Vote Was About Next Year’s Election
Beneath the surface, the debate in the House of Representatives on Thursday was not so much about the Medicare program itself as it was about partisan politics: about whether the Republican revolution will succeed and about whether Democrats can recapture the glory of the New Deal and the Great Society.
Politicians may agree on little else, but they agree on this: Next year’s elections and those for years to come could turn on how the public perceives the votes this year on Medicare.
That explains why the speeches Thursday were more tactical than explanatory, concerned more with resonance than truth. Both sides tailored their arguments to fit the public’s view, as expressed in opinion polls, that almost nothing the government does is as important as sustaining Medicare.
They had to stretch to do so.
Republicans maintained that their only aim is to save the popular program from bankruptcy. Democrats held, as Rep. Bill Richardson of New Mexico said Thursday morning, that under the GOP’s plan, “Medicare will end as we know it today.”
But no matter how often Republicans repeat their mantra about preserving and protecting Medicare - words carefully field-tested by their pollsters - they cannot escape the fact their true goal in overhauling Medicare is to raise money for their fiscal agenda.
And no matter how much Democrats pledge allegiance to Medicare, the creation of which was the crowning achievement of the last generation of Democratic lawmakers, they cannot escape the fact that fundamental changes are essential if the program is to survive.
A fiscal decision
Take the Republicans first.
In their “Contract With America,” the platform on which they won control of Congress last year, Republicans promised to cut taxes for middle- and upper-income Americans and balance the federal budget in seven years. The contract said nothing about Medicare.
But once they were in the majority in Congress, the Republicans realized they had to find the money somewhere to offset the lower taxes and to balance the budget.
With Social Security off the table, the only available pot was Medicare. Less than 12 percent of the budget now, Medicare would account for 30 percent of the lower spending in the Republican budgets over the next seven years.
This was not done for ideological reasons the way, for example, the Republicans want to cut welfare programs and turn them over to the states for administration. Nor was it it done because Republicans disapprove of the existing Medicare program the way, say, they object to environmental regulations.
The decisions on Medicare were made purely and simply to raise money - not to preserve and protect anything.
Republicans seized on the report this spring by Medicare trustees that the system would go bankrupt by 2002 unless spending was reduced or more revenue was raised.
But that was just a convenient excuse. The trustees had made similar reports for years without Republicans expressing anxiety. And the amount of savings the Republicans seek - $270 billion over seven years - is many times what would be needed to avert insolvency.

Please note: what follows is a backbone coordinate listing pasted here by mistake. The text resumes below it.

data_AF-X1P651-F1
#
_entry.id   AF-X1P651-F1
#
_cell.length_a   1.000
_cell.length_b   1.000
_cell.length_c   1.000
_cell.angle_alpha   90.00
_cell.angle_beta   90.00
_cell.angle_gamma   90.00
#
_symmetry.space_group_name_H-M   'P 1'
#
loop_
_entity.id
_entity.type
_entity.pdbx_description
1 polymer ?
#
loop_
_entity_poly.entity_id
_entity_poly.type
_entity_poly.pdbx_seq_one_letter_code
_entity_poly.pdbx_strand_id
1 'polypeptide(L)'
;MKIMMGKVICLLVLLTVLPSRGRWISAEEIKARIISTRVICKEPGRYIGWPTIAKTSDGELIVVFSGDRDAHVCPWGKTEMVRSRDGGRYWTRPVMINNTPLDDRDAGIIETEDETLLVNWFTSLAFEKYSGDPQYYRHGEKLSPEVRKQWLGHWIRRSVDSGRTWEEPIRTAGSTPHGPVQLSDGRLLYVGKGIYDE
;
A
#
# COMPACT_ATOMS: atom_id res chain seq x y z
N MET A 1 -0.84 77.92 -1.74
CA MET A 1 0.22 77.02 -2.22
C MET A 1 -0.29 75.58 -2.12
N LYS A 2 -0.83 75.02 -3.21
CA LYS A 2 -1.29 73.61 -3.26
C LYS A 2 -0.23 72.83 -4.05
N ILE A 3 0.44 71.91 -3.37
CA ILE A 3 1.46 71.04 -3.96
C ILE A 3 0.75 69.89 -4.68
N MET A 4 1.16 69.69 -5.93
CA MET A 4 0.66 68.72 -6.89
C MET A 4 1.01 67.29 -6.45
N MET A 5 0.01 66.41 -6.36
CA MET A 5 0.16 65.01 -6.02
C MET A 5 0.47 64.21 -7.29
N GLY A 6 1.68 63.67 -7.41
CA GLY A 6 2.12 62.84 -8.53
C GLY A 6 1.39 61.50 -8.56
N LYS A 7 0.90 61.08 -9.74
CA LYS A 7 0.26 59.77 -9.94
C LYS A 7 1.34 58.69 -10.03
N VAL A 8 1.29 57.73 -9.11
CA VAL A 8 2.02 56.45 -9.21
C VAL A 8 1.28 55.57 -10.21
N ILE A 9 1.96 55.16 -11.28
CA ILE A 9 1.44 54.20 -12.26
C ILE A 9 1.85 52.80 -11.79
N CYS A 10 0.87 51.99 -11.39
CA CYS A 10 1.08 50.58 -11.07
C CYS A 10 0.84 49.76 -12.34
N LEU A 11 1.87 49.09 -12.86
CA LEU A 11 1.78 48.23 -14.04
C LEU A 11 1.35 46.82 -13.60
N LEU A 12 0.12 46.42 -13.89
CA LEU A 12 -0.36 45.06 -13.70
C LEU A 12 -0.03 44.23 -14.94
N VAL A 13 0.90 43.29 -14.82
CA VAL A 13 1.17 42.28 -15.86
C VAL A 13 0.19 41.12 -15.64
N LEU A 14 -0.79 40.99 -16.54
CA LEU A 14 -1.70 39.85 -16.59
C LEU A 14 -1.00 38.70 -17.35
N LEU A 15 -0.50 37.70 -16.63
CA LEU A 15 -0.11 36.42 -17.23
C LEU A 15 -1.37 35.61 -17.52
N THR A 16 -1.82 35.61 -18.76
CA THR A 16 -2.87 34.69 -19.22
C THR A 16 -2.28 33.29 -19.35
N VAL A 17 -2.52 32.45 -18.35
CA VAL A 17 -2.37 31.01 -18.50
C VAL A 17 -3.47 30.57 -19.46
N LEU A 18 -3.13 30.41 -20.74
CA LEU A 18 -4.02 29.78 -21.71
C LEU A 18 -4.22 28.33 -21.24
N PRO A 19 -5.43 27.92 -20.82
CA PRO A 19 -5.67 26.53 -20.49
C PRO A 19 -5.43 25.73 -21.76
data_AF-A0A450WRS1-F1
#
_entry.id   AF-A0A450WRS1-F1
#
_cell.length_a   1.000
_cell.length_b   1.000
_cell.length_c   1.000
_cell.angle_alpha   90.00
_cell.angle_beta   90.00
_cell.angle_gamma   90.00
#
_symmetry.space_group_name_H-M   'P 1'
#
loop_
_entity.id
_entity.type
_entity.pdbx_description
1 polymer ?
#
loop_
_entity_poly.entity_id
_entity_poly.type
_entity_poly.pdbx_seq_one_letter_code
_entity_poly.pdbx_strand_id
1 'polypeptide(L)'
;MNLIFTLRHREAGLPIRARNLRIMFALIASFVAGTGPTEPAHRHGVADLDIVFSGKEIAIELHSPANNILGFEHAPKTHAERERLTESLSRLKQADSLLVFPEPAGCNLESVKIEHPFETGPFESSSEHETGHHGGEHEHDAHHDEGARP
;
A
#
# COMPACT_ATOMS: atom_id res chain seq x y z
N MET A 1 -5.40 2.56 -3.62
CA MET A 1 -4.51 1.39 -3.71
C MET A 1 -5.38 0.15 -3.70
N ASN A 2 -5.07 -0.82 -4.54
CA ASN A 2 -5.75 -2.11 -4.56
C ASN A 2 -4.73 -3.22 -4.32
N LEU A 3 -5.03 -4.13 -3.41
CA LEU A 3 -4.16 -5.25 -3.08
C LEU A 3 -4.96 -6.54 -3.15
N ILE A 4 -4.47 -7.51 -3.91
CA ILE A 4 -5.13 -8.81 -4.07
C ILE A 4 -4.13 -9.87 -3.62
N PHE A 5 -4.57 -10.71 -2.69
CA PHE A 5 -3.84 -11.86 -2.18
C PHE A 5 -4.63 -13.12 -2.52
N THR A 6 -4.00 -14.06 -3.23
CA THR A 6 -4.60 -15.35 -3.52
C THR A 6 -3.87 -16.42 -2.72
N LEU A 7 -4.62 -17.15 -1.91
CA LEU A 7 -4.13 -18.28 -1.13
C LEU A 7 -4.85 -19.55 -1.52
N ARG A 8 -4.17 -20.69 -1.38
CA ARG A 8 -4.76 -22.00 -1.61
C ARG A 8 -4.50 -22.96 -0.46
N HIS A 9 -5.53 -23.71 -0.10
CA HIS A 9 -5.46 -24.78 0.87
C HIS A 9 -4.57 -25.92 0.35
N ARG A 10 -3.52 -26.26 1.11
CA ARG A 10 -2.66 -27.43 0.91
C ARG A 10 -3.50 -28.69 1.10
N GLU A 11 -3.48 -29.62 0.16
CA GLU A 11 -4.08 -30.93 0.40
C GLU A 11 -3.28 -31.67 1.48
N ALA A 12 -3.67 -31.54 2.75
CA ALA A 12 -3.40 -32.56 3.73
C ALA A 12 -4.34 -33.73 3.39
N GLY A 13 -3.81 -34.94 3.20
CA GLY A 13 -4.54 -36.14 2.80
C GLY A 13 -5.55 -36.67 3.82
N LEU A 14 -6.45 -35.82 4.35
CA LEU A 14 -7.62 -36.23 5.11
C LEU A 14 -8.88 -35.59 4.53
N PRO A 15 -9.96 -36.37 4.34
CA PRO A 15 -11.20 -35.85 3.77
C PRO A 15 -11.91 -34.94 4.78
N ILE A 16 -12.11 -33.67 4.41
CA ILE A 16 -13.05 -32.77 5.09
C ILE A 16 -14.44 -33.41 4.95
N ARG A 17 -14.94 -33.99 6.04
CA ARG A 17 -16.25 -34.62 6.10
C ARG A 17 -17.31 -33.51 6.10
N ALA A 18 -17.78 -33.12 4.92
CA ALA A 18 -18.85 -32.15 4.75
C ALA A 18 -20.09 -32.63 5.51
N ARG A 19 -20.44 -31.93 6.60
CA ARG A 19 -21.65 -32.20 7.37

This is how the $270 billion figure was arrived at: First, the Republicans decided to balance the budget by 2002. Then they decided to cut taxes by $245 billion. Then they squeezed as much as they could out of all other government programs. At that point, they were $270 billion short of the money they needed. That’s how much they decided to take from Medicare.
But if the Republicans did not face up to the facts Thursday, neither did the Democrats. Not one Democrat alluded to the incontrovertible fact that taxpayers cannot afford to sustain the Medicare system as it exists today.
The Congressional Budget Office estimates that unless significant changes are made, the cost of Medicare will rise to $458 billion, or 18.6 percent of the budget, in 2005, from $178 billion, or 11.7 percent of the budget, in 1995.
By the second decade of the next century, when those in the baby-boomer generation begin to retire, Medicare will be swallowing such a large share of the federal pie that little will be left for anything else.
Today, about four workers pay taxes for each person covered by Medicare. The ratio will fall to 3.1 workers in 2015, to 2.5 workers in 2025 and to only two workers for each beneficiary in 2050, according to government estimates.
And consider this: Medical costs in the private economy have leveled off in the last couple of years as more workers have turned to - or been forced into - cost-efficient managed care systems.
But the cost of Medicare, virtually the last bastion of fee-for-service medicine, has continued to grow about 10 percent a year.
Rather than address this predicament, the Democrats, bereft of new ideas to counter the Republican offensive, returned to the same well they have relied on for years - the charge that Republicans are playing fast and loose with the well-being of the elderly.
Democrats are convinced, for instance, that they wrested control of the Senate from Republicans in 1986 by hammering on the theme that Republican senators had voted to lower Social Security benefits.
In the long term, lawmakers in both parties probably will face up to truths they preferred for political reasons to avoid Thursday.
If the Republican plan becomes law and insufficient funds are available down the road for high-quality health care for the elderly, Republicans most likely will intervene to provide whatever money is needed.
If, on the other hand, the Republican Medicare plan dies on the vine because of a presidential veto or for some other reason, it is an equally safe bet that Democrats ultimately will agree to make whatever changes are necessary to keep the program solvent.
But that’s the long-range outlook. In the short term, there is one certain prospect: The vote in the House on Thursday will be a dominant issue in next year’s election.